This is the best video I’ve ever seen on squaring up a piece of stock on a mill. You’ll also see how a pro deburrs edges and see how quickly and smoothly he can turn the hand wheels (I don’t think he’s using a power feed). He also says you should start with a piece of stock that’s been cut so you’ll only need to make one rough cut and one finish cut on the mill. That sounds like a good advice if you have a Bridgeport but it’s probably not doable if you have a hobbyist-type mill because you may only be able take off .020 to .050-inches in those two passes. So your saw cuts (hacksaw, bandsaw, cold saw, etc.) would have to be very precise and square.
Click the space above if you don’t see the video. It’s there but for some reason it doesn’t show up on some computers/browsers.
This well made video is about Joel Bukiewicz, the owner of Cut Brooklyn, who started out wanting to be a writer but found he loves making things and being part of a community that makes things by hand. Joel explains why, how he came to make knives for home and professional cooks and what it takes to get really good at something.
I enjoy videos like this and I’ve posted similar ones. But for reasons I’m not sure I understand this one resonants with me much more than the others. It might be because I also enjoy making things, but I make my living with computers so I don’t have anything tangible that I can see and hold at the end of my workday.
Here’s another video I really like because it shows a skilled craftsman doing machining, metal fabrication and welding. Those are skills that I’m trying to get better at so I’m always interested in seeing how someone with much more experience does it and the tools they use. This beautifully shot and well edited video has almost no dialog. It just shows Sean Walling, the owner of Soulcraft Bikes, building a custom handcrafted bicycle frame.
I have about a dozen 4-foot fluorescent shop lights in my basement and garage. They’re all hanging from chains and plugged into ceiling-mounted electrical outlets that are controlled by wall-mounted switches. They frequently have to be replaced because the cheap magnetic T12 ballasts in them go bad. On my last trip to buy a replacement I learned something I didn’t know and you may not either. T12 ballasts and some fluorescent bulbs are being phased out in the U.S. next year (2012) because of higher energy efficiency standards, although some exceptions are being made for residential use.
I don’t know if the residential exceptions will allow you to continue buying cheap ($10) shop light fixtures. I won’t be sorry to see them go because I’m tired of replacing them every 2 to 4 years. I’d already seen the video above and had decided that I was going to start repairing my shop lights with T8 electronic ballasts. So I came home from Home Depot with an $18 replacement ballast, a box of ten 32 watt T8 “daylight” bulbs and a new $30 T8 shop light fixture in case my repair failed.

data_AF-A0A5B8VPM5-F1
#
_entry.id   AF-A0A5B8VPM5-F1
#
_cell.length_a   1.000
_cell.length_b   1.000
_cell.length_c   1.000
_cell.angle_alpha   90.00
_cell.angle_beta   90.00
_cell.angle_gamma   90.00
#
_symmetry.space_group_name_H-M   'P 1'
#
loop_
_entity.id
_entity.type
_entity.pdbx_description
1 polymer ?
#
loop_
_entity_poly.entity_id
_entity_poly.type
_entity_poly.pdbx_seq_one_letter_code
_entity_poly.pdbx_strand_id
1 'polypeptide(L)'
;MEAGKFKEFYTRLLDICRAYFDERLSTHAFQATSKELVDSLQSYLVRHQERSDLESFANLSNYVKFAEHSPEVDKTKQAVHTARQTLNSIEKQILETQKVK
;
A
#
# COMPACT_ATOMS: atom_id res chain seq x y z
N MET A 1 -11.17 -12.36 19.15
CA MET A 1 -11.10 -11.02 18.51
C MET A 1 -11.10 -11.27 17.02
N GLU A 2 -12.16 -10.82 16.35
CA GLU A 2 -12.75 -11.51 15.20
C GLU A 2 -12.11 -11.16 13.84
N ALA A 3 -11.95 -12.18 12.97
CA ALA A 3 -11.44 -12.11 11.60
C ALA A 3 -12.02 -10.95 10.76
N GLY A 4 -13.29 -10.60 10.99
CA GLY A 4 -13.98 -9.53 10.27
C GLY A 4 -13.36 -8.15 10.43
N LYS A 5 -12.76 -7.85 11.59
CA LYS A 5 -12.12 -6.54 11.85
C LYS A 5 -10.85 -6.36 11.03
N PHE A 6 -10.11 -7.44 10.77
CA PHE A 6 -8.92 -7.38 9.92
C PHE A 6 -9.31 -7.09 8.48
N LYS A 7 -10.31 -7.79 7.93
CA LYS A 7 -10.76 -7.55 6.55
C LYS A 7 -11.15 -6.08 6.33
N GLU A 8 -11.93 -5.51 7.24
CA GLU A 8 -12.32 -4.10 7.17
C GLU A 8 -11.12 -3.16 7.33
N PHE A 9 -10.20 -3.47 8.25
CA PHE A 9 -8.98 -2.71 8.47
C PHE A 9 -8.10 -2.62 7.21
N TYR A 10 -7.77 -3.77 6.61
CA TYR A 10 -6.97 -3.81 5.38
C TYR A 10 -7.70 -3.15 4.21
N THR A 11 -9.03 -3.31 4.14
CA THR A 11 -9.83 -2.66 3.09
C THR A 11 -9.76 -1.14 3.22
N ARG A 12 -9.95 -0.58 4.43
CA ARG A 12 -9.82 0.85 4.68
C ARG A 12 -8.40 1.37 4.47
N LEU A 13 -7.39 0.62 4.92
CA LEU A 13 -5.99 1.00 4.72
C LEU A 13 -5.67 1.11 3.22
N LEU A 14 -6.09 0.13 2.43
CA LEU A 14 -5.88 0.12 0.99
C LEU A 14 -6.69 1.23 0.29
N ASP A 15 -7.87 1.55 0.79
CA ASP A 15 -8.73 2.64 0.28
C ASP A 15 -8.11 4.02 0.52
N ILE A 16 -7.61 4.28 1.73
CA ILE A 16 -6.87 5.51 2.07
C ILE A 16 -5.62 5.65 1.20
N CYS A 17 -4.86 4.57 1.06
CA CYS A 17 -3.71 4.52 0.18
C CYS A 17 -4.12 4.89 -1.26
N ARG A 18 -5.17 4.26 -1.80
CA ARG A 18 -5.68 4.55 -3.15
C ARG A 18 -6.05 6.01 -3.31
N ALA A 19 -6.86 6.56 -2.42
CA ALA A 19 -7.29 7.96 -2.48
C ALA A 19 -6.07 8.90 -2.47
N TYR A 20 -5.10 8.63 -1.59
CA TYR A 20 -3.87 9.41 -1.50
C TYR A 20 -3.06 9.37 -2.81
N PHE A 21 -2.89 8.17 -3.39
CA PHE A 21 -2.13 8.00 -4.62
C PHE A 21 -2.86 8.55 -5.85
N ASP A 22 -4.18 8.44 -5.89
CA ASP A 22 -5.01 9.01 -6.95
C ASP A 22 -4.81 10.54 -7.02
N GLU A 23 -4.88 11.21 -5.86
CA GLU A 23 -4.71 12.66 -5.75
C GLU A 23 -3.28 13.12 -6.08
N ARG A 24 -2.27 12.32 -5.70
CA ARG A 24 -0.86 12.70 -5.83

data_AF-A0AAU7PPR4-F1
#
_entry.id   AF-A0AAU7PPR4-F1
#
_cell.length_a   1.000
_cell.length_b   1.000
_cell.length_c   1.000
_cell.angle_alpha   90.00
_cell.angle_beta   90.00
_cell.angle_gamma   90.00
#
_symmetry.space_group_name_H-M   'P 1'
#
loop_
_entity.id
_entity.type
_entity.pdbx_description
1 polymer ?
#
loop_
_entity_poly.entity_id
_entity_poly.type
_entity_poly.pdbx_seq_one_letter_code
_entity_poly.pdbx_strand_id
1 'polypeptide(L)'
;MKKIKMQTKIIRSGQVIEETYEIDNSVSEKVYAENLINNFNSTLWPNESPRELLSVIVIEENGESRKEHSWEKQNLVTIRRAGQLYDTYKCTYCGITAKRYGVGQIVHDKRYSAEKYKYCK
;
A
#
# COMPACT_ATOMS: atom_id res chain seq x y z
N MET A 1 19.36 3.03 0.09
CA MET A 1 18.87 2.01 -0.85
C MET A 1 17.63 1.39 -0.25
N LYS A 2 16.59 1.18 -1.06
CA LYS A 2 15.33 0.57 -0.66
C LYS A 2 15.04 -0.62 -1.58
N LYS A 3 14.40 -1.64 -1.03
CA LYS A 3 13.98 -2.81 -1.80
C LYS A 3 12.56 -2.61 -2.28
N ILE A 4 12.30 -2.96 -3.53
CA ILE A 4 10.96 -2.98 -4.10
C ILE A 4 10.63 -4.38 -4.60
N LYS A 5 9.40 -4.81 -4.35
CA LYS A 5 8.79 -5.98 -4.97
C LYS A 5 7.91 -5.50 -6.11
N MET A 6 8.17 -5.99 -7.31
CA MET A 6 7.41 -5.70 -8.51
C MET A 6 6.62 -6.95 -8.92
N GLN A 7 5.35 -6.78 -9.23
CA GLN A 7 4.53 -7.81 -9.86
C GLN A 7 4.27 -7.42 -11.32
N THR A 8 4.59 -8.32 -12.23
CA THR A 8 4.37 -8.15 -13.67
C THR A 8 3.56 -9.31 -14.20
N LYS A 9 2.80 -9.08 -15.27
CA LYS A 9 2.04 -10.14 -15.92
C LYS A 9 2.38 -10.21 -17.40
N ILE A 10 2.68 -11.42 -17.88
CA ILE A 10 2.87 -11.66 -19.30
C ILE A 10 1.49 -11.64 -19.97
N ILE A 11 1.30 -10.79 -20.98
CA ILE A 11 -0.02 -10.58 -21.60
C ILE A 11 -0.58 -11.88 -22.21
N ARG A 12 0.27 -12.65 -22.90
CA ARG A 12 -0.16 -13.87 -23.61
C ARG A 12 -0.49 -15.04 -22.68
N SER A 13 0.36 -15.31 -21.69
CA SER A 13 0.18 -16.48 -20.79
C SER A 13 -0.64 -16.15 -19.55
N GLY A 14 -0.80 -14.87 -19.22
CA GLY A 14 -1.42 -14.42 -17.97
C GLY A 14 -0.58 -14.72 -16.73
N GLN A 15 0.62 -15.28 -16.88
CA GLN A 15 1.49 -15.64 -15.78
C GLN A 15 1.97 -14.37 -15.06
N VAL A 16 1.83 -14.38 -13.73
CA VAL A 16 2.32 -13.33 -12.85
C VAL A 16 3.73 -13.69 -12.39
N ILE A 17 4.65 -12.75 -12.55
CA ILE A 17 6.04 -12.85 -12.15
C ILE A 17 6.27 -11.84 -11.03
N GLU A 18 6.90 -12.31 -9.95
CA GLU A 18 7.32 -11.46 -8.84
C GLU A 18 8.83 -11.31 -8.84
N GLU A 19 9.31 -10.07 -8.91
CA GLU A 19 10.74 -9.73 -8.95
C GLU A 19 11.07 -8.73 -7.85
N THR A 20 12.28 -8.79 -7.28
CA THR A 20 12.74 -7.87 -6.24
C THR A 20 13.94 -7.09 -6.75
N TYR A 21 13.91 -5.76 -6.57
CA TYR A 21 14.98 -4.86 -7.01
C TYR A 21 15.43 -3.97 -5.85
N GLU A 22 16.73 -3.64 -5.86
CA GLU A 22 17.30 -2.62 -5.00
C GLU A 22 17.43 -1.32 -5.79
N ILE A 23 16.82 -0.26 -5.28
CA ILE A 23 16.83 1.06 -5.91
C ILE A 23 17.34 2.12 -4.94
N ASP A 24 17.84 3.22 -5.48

Repair and upgrade was not that difficult
It wasn’t hard to repair my old shop light by replacing its T12 ballast. But I’m not going to describe how to do it because if you don’t do it right you can turn your shop light into an electrical or fire hazard. If you want to learn how then do a search for “T12 to T8 conversion” (without the quotes) and you’ll find many helpful web pages and videos. But I will give you this advice:
Make certain you use the proper size wire nuts so there’s no chance your new connections will come apart. Vibrations and temperature changes can cause poor connections to become loose.
Your new ballast will have to be attached and grounded to your light fixture using sheet metal or self-tapping screws. Make certain they won’t come loose and you scrape the paint off the ballast underneath your screws so they will make a good electrical connection.
Make certain your power cord’s ground wire is also properly attached to the fixture.
And make certain you unplug your light before you start working on it 🙂
A 32 watt T8 bulb is slightly brighter than a 40 watt T12 bulb of the same kind. I’ve begun buying “”Daylight” bulbs because they are much brighter than “standard” fluorescent bulbs and they also seem to make colors appear more accurate. And because they use less power T8 bulbs also produce less heat. Which can be an advantage in air conditioned environments.
Florescent bulbs dim over time and a T8 bulb won’t lose as much of its brightness as a T12 bulb will. A T12 bulb will lose about 20% of its initial brightness and a T8 will only lose about 10%.
T12 lamps can flicker, hum and sometimes create a stroboscopic effect because they operate at low frequencies (120 or 100 Hz). T8 lamps won’t because their electronic ballasts operate at much higher frequencies (20,000 Hz).
T8 ballasts can work at much lower temperatures than most T12 ballasts.
The only disadvantage I’ve seen so far is cost. I don’t remember there being much of a difference (if any) in cost between T12 and T8 bulbs. But T8 light fixtures seem to cost at least twice as much as T12 fixtures. [Might still be true at Home Depot but Lowes sells a really nice T8 shop light for $15.] I’m also concerned about how long their ballasts will last.